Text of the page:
Various thoughts on current events with an emphasis on politics, legal issues, books, movies and whatever is on my mind. Emails can be sent to email@example.com; please put "blog comments" in the subject line.
Though the Obama administration was well on its way to leaving a lasting liberal legacy on the federal bench before Senate Democrats curbed the filibuster’s power, the rules change sped up the confirmation process. Today, the number of circuit judges appointed by Republican presidents is 77, compared with 95 by Democratic presidents, according to statistics kept by Russell R. Wheeler of the Brookings Institution.
A NYT article provides some analysis of the swing in the federal courts after six years of a Democratic President, perhaps helped by the graying of judges from twelve years of Reagan/Bush.
In part, it noted that though Obama spend less time and capital early on, hard Republican opposition did lead to more liberal picks and additional effort. The biggest move, something still sadly mostly inside baseball, was the end of the filibuster for executive appointments. Something many probably would have been surprised was in place and likely opposed to overall. Who knows as to the latter. The article does show the importance of those in power, both in the Senate and White House, in respect to the personnel on the federal courts. And, since that is surely not fungible....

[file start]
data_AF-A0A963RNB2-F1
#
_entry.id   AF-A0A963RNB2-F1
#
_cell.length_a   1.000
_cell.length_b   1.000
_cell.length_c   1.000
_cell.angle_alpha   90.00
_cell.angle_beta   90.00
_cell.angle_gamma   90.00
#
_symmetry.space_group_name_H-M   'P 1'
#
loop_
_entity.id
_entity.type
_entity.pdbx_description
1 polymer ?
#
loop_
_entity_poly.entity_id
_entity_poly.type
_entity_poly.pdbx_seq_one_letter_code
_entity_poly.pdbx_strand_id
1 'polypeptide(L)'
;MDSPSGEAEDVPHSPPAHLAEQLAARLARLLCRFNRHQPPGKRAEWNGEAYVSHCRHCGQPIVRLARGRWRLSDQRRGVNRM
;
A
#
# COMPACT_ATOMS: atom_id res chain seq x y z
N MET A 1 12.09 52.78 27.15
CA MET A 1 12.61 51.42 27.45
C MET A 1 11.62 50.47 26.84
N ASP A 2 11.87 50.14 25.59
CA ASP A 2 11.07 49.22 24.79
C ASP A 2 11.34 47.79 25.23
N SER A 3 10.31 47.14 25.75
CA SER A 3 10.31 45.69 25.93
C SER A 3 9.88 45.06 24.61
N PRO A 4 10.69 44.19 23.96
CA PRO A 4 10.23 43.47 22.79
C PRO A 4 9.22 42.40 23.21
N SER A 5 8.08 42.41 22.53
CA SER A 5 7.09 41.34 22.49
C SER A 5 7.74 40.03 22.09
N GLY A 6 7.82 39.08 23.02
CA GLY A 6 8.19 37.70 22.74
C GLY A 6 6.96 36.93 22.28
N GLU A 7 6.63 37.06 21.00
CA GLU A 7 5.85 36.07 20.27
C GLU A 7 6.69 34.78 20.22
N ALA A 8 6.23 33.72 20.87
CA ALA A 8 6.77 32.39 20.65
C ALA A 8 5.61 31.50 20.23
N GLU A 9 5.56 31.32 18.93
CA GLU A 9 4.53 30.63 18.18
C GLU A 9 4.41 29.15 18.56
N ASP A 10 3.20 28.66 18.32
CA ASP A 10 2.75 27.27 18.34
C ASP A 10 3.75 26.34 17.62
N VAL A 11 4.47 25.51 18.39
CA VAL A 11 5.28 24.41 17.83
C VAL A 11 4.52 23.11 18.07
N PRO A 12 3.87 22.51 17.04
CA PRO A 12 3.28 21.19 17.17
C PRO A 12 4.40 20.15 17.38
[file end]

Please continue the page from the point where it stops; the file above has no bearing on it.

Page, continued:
I have been talking about this online (and in a couple letters to the editors) at least since the early days of the Bush Administration. It is somewhat reassuring to watch things swing though it does mean eventually it will swing back. How that will work out might be the rub. Anyway, putting aside the importance of retaining the Senate, this underlines that the courts do have some electoral accountability. We vote for those who put them in. This provides an important influence on how the law develops long term. In his Cooper Union speech Lincoln said this:
When this obvious mistake of the Judges shall be brought to
their notice, is it not reasonable to expect that they will
withdraw the mistaken statement, and reconsider the conclusion
based upon it?
It is more reasonable to assume that Republicans would have put in new judges who would so reconsider. The flexibility of the situation in this and other areas was a major reason why the slave power (to use the Republicans' term) was so concerned about the new party gaining power. The meaning of the Constitution and the law in general appeared rather clear to both sides. The ultimate result depended and depends on who is there to apply it.